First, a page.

Furthermore, protection of sea lanes from the South China Sea through the Strait of Malacca and up to the Indian Ocean, and in particular, curbing a sea blockade against China, which could be envisioned at the time of a Taiwan contingency, would be possible. Finally, an aircraft carrier could be used for rescue operations during large-scale disasters.
Should we worry? Not yet. First, development and deployment of carriers and all their paraphernalia will take decades. Second, the substantial price tag is not the only disadvantage of such a project. Other countries in the region are likely to become wary of Chinese intentions as it develops power projection capabilities. And, third, a Chinese carrier strike group would be no match for a U.S. carrier strike group, which is said to have striking power on par with a middle power nation and a defensive perimeter up to 700 kilometers. The United States is the only country with the capacity to operate top-of-the-line carrier-based aircraft — and it can deploy as many as 11 such strike groups around the world.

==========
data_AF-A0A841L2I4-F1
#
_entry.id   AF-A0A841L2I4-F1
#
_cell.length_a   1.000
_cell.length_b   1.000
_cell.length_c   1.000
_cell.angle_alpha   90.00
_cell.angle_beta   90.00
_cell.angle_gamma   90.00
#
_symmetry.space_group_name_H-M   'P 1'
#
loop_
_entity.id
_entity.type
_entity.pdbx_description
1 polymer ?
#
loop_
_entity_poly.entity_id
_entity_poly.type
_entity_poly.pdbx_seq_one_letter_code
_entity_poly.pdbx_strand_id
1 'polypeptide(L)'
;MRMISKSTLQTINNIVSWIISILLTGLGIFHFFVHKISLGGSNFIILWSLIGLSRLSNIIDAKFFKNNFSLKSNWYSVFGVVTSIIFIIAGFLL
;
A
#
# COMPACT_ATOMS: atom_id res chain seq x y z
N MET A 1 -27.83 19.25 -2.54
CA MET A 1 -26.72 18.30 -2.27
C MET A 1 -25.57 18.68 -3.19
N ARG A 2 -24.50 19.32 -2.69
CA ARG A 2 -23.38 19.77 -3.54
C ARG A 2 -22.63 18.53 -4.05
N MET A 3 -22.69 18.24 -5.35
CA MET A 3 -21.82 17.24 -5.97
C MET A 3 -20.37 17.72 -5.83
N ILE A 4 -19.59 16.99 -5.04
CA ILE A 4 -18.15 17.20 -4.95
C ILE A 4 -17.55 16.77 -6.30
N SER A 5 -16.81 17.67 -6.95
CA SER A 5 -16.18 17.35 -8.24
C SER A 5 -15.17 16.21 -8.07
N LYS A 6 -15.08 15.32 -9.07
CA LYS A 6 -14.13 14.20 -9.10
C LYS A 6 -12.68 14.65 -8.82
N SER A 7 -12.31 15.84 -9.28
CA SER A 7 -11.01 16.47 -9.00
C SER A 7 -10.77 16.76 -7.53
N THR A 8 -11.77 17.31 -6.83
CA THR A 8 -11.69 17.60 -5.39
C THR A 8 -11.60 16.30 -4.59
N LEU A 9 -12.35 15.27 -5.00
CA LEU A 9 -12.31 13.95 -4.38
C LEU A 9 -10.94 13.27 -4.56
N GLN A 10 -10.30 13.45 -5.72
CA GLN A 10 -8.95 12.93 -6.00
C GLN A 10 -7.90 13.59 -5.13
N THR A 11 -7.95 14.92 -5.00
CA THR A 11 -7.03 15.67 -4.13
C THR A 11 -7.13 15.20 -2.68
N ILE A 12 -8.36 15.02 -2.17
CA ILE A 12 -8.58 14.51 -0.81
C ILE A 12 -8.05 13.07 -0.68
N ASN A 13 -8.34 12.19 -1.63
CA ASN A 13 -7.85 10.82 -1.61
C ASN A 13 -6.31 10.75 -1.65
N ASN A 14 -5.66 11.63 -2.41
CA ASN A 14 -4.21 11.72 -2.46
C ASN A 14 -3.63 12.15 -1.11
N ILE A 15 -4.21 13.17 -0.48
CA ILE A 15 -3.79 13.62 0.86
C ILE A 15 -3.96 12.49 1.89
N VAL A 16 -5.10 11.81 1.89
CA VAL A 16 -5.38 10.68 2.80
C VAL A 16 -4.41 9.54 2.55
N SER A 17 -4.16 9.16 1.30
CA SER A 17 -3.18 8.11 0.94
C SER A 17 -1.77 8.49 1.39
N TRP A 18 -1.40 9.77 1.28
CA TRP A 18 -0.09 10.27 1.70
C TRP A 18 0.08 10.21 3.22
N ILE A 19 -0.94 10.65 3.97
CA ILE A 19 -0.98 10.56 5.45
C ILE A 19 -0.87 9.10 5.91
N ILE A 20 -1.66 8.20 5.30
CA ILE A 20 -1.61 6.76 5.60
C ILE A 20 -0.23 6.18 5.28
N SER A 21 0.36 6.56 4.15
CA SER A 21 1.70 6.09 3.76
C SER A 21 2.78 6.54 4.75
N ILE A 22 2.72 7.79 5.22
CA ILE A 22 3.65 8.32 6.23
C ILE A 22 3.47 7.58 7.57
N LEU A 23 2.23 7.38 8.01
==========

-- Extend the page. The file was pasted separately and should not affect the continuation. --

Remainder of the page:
Although the military balance in the Taiwan Strait already overwhelmingly favors China, which has deployed more than 1,000 missiles in the coastal areas, the introduction of Chinese aircraft carriers would not significantly affect the military balance. In fact, a Chinese aircraft carrier attacking eastern Taiwan from the sea would be a target for U.S. forces. Carriers are vulnerable to precision-guided missiles, submarines and mines. In order to rule out intervention by a U.S. carrier attack group in a Taiwan contingency, China’s current access denial strategy makes more sense. In fact, China would need to give up some submarines and anti-ship missile development programs to build a carrier strike group.